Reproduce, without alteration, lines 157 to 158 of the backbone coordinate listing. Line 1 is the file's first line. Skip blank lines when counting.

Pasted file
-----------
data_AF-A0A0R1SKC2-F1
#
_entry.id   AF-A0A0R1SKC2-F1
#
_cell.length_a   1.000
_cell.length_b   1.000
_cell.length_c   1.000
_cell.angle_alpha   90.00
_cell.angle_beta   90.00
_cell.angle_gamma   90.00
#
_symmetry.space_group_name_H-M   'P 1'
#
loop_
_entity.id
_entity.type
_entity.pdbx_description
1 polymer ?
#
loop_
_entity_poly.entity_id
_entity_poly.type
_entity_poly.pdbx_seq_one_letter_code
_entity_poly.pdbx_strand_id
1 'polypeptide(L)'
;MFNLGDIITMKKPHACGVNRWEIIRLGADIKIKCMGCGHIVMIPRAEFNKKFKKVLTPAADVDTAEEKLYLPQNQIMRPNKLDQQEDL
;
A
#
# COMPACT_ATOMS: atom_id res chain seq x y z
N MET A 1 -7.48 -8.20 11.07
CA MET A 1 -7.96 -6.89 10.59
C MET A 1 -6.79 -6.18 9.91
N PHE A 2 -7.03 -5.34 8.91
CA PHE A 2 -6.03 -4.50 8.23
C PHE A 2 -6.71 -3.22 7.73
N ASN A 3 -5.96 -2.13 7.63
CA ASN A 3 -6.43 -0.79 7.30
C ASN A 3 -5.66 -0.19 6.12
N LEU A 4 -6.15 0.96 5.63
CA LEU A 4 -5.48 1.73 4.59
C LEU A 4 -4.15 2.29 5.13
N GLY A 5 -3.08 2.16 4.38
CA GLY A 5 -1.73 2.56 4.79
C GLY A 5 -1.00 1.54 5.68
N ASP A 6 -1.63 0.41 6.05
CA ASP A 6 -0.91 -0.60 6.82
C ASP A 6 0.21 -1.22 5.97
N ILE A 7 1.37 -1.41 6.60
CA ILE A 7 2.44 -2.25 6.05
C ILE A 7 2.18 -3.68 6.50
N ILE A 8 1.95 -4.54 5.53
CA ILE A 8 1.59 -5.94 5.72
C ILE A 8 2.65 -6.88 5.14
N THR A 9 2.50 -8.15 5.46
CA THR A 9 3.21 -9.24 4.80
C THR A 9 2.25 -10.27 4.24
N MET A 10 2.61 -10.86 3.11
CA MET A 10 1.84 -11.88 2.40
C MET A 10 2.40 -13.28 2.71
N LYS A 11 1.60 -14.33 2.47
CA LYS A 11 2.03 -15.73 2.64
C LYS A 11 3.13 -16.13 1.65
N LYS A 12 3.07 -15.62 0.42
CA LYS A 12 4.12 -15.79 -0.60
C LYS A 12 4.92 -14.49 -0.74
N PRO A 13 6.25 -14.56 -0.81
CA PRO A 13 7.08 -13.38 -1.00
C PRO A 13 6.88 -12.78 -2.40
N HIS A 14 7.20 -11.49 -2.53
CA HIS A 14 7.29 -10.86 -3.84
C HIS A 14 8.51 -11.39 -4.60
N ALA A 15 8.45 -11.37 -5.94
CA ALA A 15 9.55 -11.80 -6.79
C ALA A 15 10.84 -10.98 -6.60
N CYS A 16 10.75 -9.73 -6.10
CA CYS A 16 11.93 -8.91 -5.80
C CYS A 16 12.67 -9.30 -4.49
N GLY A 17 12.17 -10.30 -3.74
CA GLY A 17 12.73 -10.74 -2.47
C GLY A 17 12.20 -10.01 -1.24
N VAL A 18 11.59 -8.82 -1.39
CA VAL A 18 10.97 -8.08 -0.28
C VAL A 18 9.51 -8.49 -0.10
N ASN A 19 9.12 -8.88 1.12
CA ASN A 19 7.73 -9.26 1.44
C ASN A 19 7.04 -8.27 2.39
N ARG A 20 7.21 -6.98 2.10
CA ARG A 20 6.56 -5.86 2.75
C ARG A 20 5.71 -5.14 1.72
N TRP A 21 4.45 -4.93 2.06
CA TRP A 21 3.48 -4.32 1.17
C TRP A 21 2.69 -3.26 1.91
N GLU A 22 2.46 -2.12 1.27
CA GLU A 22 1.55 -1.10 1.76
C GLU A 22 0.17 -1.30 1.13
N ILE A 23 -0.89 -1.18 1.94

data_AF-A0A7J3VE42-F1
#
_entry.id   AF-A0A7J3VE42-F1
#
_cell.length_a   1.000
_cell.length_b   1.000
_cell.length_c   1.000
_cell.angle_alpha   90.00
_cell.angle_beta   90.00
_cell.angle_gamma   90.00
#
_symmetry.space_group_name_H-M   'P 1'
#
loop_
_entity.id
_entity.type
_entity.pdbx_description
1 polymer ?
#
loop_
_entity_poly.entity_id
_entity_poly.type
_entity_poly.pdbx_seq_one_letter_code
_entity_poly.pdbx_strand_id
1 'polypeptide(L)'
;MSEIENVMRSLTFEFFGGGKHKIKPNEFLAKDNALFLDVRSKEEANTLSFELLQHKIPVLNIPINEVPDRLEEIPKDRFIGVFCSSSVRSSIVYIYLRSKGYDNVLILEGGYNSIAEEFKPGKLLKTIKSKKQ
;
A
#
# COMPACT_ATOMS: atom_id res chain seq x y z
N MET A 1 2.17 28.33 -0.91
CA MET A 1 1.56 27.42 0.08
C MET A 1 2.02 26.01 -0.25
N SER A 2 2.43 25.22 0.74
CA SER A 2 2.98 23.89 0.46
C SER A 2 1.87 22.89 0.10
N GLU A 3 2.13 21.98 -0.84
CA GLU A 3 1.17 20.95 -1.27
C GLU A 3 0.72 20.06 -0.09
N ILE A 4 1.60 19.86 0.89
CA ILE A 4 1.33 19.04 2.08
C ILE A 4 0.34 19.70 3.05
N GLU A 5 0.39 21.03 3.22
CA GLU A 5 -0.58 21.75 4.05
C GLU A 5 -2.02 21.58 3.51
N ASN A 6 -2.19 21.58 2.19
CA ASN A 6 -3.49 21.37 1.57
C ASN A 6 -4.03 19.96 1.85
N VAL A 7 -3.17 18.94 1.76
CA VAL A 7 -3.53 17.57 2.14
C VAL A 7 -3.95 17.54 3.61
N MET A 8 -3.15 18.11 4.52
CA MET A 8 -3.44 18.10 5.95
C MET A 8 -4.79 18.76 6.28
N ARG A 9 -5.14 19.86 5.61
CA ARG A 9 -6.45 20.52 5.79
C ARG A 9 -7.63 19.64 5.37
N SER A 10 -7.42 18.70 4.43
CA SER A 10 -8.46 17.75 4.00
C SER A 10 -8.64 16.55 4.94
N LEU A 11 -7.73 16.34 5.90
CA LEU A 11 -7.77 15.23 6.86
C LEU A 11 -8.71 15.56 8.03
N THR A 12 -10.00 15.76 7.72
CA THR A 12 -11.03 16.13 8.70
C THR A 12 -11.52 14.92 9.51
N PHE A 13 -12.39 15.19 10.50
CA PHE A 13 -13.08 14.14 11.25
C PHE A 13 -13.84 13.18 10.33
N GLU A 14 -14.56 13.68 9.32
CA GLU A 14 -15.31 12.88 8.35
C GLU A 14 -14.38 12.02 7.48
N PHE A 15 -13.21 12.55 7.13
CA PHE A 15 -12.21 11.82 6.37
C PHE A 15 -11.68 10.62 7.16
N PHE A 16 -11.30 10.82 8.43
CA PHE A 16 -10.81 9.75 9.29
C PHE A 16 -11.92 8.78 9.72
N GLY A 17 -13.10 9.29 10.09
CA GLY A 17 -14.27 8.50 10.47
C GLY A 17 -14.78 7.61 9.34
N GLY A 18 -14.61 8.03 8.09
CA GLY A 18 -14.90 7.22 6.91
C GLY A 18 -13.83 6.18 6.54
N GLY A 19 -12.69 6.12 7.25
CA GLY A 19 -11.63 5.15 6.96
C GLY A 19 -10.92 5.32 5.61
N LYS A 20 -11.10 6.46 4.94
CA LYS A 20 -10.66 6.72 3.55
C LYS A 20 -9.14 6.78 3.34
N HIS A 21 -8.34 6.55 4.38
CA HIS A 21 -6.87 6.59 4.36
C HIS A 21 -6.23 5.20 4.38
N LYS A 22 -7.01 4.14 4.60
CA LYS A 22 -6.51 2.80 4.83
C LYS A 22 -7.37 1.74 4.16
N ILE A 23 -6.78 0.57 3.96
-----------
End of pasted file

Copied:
C SER A 10 -8.64 16.55 4.94
N LEU A 11 -7.73 16.34 5.90